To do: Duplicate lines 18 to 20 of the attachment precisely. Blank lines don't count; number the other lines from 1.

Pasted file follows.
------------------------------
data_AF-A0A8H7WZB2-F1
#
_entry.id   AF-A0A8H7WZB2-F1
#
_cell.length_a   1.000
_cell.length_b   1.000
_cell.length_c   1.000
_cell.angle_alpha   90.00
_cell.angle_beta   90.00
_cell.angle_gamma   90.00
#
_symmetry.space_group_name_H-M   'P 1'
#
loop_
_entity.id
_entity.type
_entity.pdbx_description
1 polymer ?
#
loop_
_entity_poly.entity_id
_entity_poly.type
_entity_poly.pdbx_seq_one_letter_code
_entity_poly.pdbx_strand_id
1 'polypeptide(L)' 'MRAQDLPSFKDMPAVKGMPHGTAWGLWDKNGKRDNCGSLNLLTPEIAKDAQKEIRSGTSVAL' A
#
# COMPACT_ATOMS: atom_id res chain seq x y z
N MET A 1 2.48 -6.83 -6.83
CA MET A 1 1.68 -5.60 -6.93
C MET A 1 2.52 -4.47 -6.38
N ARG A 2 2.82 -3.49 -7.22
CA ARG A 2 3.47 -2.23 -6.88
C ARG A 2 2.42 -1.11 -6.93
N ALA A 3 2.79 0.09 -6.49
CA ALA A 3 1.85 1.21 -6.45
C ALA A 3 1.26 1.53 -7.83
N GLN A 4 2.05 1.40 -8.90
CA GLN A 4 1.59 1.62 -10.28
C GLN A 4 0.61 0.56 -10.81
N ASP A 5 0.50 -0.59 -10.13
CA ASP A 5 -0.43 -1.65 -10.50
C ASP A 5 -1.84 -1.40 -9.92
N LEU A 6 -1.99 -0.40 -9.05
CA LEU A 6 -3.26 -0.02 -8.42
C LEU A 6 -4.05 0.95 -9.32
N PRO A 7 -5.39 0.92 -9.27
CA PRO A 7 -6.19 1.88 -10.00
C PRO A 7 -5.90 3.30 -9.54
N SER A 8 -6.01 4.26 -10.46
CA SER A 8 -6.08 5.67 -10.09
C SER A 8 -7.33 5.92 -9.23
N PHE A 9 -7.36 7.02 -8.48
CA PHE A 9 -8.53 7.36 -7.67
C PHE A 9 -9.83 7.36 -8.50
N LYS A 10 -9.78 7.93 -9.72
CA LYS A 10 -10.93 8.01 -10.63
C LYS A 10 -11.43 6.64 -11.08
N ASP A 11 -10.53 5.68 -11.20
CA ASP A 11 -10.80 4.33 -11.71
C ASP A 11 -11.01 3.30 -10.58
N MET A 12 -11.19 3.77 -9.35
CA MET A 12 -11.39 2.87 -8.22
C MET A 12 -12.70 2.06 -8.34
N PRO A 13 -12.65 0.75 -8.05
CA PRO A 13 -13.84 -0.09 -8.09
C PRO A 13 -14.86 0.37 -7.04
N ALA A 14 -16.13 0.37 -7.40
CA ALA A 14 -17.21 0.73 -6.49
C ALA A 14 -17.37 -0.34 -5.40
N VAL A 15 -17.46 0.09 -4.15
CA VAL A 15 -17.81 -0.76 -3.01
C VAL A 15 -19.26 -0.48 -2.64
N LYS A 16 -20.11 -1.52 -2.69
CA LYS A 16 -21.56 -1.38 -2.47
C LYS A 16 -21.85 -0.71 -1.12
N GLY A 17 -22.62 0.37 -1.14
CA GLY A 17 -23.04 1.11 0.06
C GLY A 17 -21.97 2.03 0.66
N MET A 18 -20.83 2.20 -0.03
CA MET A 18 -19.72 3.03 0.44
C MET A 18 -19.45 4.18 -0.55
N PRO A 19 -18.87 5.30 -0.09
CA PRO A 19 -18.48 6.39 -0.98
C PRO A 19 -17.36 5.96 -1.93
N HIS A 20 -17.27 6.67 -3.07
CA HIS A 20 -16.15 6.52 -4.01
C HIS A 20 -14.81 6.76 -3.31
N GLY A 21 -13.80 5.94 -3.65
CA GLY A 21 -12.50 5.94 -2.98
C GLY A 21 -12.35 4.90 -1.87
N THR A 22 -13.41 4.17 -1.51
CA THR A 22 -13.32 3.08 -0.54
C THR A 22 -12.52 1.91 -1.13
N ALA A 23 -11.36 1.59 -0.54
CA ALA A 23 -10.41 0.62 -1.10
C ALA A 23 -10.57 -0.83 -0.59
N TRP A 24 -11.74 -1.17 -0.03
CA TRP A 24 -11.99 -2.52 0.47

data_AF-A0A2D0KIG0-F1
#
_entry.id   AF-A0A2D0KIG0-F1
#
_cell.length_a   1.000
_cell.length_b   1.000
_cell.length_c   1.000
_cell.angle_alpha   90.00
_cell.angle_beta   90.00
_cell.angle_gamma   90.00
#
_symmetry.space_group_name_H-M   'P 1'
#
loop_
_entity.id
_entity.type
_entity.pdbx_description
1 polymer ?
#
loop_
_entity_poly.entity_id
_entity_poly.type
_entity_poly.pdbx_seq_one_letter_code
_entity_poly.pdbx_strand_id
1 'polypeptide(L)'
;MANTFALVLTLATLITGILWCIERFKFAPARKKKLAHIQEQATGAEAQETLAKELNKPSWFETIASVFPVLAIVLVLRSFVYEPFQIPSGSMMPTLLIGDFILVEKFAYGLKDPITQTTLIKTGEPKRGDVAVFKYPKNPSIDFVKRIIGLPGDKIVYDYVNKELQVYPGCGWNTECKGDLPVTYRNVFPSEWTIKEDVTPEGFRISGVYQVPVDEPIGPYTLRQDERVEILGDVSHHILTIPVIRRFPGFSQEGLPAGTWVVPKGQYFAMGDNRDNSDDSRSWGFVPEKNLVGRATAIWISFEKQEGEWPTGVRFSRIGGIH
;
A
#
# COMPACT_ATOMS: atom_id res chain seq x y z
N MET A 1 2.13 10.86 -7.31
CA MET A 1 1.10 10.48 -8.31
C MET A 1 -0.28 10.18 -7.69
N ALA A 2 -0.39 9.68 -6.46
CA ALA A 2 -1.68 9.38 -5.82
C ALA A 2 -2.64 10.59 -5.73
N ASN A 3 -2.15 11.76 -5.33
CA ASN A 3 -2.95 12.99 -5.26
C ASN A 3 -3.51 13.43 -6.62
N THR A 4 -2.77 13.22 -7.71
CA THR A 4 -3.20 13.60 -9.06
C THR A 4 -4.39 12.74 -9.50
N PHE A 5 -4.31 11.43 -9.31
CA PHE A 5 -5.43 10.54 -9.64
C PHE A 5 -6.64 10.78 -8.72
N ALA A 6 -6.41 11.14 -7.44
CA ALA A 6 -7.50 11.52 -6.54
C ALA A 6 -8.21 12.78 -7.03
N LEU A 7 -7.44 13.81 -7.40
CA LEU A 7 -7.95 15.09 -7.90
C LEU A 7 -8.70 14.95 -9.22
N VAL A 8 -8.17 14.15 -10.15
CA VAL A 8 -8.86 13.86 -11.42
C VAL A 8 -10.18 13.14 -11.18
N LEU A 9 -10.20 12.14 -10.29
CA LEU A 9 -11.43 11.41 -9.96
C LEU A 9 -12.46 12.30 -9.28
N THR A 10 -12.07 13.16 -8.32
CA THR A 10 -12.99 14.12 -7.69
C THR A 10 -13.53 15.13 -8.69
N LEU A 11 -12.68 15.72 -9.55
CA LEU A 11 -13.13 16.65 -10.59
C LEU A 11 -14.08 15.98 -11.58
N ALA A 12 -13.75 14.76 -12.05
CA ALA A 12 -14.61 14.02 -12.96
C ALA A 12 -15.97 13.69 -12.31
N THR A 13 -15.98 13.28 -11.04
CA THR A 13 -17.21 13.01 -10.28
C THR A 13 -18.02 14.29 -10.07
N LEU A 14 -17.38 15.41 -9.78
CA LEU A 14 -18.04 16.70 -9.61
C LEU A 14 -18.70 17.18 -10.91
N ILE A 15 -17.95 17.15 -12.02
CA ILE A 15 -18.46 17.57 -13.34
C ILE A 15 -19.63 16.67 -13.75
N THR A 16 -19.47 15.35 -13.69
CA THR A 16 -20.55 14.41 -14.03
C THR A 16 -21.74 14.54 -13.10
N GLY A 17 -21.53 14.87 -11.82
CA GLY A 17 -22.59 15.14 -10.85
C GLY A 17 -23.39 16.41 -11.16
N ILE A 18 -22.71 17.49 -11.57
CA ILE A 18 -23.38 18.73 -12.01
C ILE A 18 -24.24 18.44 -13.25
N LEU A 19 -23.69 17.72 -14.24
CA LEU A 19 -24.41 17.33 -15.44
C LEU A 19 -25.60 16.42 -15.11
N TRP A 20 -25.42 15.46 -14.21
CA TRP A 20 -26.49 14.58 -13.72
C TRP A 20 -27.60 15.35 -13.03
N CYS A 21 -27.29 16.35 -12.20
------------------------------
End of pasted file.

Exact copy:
1 polymer ?
#
loop_